Our series “The Rising Stars of European drifting scene” is this time about an exceptional Swedish talent. He was a young man who stirred up the field of riders in the Swedish and later the Scandinavian championships. But where did his steep rise begin? How did he get into sport in the first place? And what was the impact of switching to a new chassis last year? We’ve spoken to 19-year-old Viktor Andersson and found out for you. Let’s get started!
Viktor was born in Växjö, Sweden. He encountered motorsport early on. He started to drive go-karts at the age of 3 and was enthusiastic about every kind of motorsport. Viktor rode quite successfully until 2016, when he finished 6th in the Swedish championship and won two more series. After that, he went to the Gatebil festival with his family again, like so many years before. But this visit would change everything, and he was finally amazed enough by drifting and burning tires that he wanted to try it himself. So, it went fast in 2017, when Viktor bought a BMW 3 Series compact, and just one year later, his professional career with the super reliable E92-build began. He has previously participated in the Swedish championship, the Gatebil Breisladden. However, Viktor now drives in the Scandinavian Drift Championship.
You call your team “The Andersson Brothers.” What role did your brother have?
My brother has always been my role model. Before I started racing, he was already racing, so I’ve always looked up to him. 2014, he ended his career to focus on me instead. Now, he is my spotter and coach.
You started at a young age. What was your most outstanding achievement so far?
I started drifting at 14, the whole era with the BMW E92. We had four seasons with it, 19 races, ten podiums, and seven wins. So, my most outstanding achievement is the car I had before.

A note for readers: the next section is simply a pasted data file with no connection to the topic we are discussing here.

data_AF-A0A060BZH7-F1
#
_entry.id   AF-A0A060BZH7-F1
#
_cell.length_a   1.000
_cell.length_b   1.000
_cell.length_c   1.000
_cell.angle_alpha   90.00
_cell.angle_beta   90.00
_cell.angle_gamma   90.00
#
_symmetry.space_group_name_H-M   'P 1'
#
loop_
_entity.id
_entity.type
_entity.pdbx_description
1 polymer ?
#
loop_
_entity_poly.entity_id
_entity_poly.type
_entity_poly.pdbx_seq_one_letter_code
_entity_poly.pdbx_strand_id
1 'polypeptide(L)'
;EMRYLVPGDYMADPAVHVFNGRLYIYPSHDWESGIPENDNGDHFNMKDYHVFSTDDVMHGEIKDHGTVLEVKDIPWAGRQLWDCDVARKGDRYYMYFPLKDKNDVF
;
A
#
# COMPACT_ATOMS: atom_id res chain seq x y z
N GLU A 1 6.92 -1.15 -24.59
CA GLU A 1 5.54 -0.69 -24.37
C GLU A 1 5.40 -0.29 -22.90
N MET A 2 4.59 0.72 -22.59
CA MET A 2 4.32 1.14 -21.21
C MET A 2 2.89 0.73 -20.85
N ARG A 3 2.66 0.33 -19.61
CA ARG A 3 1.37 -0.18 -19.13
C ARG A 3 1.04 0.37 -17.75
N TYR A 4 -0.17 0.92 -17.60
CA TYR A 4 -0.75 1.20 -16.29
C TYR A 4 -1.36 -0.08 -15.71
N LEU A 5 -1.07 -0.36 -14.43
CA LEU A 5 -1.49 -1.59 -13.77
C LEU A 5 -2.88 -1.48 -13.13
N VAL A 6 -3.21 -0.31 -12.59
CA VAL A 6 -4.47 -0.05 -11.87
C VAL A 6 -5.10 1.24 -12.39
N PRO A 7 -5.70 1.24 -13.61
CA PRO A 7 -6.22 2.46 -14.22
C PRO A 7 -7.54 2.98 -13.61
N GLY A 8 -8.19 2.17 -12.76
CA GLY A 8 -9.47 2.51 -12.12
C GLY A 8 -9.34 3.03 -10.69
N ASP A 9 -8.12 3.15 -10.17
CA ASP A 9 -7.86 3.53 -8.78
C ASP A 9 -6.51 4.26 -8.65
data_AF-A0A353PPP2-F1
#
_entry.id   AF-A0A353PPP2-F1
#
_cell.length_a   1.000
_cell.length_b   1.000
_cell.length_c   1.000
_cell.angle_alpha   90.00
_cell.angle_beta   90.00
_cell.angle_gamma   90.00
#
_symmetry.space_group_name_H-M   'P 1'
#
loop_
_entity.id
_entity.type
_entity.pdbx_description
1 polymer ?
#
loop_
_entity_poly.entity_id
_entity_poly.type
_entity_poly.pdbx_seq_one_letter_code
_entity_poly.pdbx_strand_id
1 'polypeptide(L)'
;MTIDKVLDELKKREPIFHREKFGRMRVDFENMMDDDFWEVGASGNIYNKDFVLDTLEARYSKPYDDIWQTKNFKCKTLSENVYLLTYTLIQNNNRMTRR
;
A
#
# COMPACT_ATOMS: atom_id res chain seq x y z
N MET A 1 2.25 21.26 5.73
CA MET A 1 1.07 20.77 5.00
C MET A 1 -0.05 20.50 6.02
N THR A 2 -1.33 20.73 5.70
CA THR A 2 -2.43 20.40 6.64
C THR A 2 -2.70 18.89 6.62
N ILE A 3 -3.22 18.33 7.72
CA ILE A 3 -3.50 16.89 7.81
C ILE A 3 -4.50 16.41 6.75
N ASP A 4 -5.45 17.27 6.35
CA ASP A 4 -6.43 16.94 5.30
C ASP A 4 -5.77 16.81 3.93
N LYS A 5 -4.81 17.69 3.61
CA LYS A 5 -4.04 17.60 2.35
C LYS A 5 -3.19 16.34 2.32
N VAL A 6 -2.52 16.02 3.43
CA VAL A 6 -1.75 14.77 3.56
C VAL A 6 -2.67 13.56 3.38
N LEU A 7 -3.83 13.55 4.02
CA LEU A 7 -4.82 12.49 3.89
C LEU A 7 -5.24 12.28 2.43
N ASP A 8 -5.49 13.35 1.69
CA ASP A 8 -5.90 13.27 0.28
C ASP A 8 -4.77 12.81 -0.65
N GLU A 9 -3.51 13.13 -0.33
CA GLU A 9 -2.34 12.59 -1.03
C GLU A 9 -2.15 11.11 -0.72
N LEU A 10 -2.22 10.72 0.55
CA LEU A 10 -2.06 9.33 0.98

Gatebil Breisladden is your most successful series. Please tell us a little about it and your campaign there.
Gatebil Breisladden is a competition based on who lays the most smoke, angle, and 100%. I’ve won that three times and got third place. Anyone can participate in this competition, and it runs every Gatebil event.
You’ve switched your BMW for the Toyota GT86. How different are those chassis to drive? What specs are you running right now?
A lot different, more snappy, and “harder to drive.” I always explain that the E92 resembles Hawaii when people ask me this question. You didn’t have to do anything, unlike the GT86. It’s more like a go-kart on steroids, and you have to work more with the car. It has the same specs as the E92 except for the Winters differential. Otherwise, it has a 2JZ with a Sellholm mpg seq gearbox, BC racing 3-way suspension, and Wisefab front and rear.
Your car caught fire, and the season didn’t start well for you. What happened?
Yeah, the fuel rail came loose two times in different places, and the car caught on fire both times. The first time, it didn’t do much damage, but the second, many things got destroyed.
What is possible for the rest of the Scandinavian Drift Championship season?
Try to get to know the car not just from my perspective but also from the mechanics. It’s a new car, so everything is new to everyone, and hopefully, we will stand on the podium during the season’s last two races.
Can you tell us what you are dreaming of for the future? What’s the main goal you’re looking for?
My main goal is to be the best in the world; I want to beat those I’ve been watching on TV and having as a role model; I want to win DRift Masters and Formula Drift and even compete in Japan, where drifting was founded. But the goal of this car is to start competing outside of Sweden to get a taste of what it is like in other countries and different series. And, of course, this would not be possible if it wasn’t for my sponsors and family; without you guys, this would be impossible, so thank you, everyone.